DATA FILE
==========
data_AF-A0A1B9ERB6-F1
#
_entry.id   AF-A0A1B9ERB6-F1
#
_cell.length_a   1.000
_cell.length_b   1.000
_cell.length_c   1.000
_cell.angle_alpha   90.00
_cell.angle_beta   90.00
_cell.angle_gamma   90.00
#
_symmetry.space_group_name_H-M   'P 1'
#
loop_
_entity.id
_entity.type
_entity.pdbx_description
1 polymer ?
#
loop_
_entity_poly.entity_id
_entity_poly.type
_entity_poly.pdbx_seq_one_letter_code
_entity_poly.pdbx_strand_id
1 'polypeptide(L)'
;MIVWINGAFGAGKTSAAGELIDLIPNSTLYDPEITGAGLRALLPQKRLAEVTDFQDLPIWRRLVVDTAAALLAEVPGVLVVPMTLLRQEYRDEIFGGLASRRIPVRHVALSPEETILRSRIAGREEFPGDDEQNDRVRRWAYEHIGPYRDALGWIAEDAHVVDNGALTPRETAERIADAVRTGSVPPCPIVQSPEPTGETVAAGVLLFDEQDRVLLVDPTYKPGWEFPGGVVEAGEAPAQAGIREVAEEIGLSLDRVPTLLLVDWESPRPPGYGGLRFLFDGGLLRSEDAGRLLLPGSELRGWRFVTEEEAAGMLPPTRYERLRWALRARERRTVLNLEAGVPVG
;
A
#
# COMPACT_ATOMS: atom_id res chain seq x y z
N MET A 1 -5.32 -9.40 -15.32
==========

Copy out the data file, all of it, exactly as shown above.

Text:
data_AF-A0A1B9ERB6-F1
#
_entry.id   AF-A0A1B9ERB6-F1
#
_cell.length_a   1.000
_cell.length_b   1.000
_cell.length_c   1.000
_cell.angle_alpha   90.00
_cell.angle_beta   90.00
_cell.angle_gamma   90.00
#
_symmetry.space_group_name_H-M   'P 1'
#
loop_
_entity.id
_entity.type
_entity.pdbx_description
1 polymer ?
#
loop_
_entity_poly.entity_id
_entity_poly.type
_entity_poly.pdbx_seq_one_letter_code
_entity_poly.pdbx_strand_id
1 'polypeptide(L)'
;MIVWINGAFGAGKTSAAGELIDLIPNSTLYDPEITGAGLRALLPQKRLAEVTDFQDLPIWRRLVVDTAAALLAEVPGVLVVPMTLLRQEYRDEIFGGLASRRIPVRHVALSPEETILRSRIAGREEFPGDDEQNDRVRRWAYEHIGPYRDALGWIAEDAHVVDNGALTPRETAERIADAVRTGSVPPCPIVQSPEPTGETVAAGVLLFDEQDRVLLVDPTYKPGWEFPGGVVEAGEAPAQAGIREVAEEIGLSLDRVPTLLLVDWESPRPPGYGGLRFLFDGGLLRSEDAGRLLLPGSELRGWRFVTEEEAAGMLPPTRYERLRWALRARERRTVLNLEAGVPVG
;
A
#
# COMPACT_ATOMS: atom_id res chain seq x y z
N MET A 1 -5.32 -9.40 -15.32